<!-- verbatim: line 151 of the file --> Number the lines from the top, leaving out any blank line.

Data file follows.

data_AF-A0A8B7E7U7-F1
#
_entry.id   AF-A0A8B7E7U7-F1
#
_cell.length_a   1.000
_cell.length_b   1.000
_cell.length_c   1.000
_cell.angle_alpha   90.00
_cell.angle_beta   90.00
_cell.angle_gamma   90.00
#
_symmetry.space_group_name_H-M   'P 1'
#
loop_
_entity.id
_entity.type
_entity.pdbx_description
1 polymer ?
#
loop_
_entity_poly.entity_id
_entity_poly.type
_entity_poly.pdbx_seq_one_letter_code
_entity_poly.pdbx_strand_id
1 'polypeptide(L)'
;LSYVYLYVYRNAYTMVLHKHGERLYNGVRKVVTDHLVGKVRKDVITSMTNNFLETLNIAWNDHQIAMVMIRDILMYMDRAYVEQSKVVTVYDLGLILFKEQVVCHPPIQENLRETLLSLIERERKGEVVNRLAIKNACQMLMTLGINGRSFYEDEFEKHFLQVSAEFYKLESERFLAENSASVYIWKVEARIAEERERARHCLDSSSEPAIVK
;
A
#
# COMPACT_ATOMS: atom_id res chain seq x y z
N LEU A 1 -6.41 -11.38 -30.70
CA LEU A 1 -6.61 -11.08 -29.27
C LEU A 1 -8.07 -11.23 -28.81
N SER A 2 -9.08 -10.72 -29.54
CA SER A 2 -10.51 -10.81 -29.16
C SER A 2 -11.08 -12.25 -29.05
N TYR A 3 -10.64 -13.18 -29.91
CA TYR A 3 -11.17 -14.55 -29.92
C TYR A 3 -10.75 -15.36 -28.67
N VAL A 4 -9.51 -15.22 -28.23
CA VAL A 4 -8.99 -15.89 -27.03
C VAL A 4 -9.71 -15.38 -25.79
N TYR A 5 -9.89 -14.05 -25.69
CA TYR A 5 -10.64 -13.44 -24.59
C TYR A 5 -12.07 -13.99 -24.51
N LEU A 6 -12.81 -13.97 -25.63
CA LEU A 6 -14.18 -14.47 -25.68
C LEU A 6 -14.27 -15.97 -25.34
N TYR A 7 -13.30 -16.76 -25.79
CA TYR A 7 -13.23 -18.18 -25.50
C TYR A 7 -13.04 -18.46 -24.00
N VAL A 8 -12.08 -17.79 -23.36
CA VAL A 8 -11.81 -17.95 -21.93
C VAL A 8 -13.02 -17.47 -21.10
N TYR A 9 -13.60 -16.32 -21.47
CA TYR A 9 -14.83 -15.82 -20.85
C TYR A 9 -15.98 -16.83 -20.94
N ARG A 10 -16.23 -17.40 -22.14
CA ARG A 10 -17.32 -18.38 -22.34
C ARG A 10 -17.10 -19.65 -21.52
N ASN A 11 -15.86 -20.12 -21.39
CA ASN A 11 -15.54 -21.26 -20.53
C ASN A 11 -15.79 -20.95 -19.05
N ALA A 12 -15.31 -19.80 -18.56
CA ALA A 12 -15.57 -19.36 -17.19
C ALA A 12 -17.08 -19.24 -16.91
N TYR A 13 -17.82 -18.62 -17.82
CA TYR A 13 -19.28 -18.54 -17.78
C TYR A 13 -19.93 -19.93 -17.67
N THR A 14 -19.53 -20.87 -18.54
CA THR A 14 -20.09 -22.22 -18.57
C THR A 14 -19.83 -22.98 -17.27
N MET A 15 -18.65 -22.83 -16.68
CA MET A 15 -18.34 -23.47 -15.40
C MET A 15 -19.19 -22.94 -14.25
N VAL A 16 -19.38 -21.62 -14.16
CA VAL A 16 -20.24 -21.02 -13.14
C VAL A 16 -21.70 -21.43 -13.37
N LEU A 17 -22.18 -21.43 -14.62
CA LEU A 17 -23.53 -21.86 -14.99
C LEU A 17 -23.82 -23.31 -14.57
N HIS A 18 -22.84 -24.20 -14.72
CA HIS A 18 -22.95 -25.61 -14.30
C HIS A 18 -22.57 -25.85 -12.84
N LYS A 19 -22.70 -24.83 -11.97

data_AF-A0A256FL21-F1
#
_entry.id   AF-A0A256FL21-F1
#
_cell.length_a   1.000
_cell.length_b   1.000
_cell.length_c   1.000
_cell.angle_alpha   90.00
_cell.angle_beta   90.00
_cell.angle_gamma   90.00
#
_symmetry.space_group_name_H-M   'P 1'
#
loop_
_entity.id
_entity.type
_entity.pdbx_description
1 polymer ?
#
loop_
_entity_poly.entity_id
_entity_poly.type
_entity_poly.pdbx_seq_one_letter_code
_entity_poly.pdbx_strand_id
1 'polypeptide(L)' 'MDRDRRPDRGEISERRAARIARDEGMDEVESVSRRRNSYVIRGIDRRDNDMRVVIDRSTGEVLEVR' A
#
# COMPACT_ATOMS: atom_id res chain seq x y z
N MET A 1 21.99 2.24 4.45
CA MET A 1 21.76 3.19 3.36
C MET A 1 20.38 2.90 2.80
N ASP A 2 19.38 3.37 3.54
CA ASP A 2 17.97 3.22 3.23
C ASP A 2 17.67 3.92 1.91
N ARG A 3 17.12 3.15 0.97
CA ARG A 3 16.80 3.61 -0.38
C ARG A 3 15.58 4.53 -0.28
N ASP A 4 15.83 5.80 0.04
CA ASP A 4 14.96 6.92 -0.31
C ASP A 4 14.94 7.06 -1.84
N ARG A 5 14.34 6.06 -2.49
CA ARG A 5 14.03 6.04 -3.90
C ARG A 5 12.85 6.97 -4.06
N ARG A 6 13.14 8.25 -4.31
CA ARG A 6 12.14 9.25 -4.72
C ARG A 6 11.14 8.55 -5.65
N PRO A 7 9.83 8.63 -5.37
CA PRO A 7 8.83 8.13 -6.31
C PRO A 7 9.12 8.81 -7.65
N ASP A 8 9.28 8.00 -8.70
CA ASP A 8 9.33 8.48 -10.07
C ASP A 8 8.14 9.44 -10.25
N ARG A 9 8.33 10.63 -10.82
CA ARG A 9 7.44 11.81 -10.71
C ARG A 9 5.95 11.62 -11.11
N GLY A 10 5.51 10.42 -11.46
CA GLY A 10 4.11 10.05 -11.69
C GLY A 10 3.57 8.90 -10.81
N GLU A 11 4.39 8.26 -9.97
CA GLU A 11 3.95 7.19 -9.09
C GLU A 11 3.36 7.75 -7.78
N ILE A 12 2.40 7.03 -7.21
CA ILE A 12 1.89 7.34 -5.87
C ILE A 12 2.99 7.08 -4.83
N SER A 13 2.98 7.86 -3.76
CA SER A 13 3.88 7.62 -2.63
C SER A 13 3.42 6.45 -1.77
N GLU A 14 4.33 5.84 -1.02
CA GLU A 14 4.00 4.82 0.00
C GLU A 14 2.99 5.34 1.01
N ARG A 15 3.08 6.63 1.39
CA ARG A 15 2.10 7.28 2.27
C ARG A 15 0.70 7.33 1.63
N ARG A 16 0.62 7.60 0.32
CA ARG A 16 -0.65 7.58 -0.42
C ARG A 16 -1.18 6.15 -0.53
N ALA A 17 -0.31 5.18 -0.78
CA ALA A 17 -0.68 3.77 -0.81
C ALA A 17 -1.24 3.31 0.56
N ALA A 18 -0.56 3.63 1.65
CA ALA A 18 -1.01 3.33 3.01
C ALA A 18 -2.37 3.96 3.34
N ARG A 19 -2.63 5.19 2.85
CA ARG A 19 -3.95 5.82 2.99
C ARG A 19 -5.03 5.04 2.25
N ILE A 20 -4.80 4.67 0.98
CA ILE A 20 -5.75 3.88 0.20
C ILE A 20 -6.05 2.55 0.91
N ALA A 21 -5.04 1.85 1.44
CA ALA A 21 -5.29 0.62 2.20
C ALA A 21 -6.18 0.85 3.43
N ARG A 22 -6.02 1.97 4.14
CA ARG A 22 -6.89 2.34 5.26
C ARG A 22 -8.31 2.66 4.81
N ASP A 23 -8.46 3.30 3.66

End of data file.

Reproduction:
C SER A 13 3.42 6.45 -1.77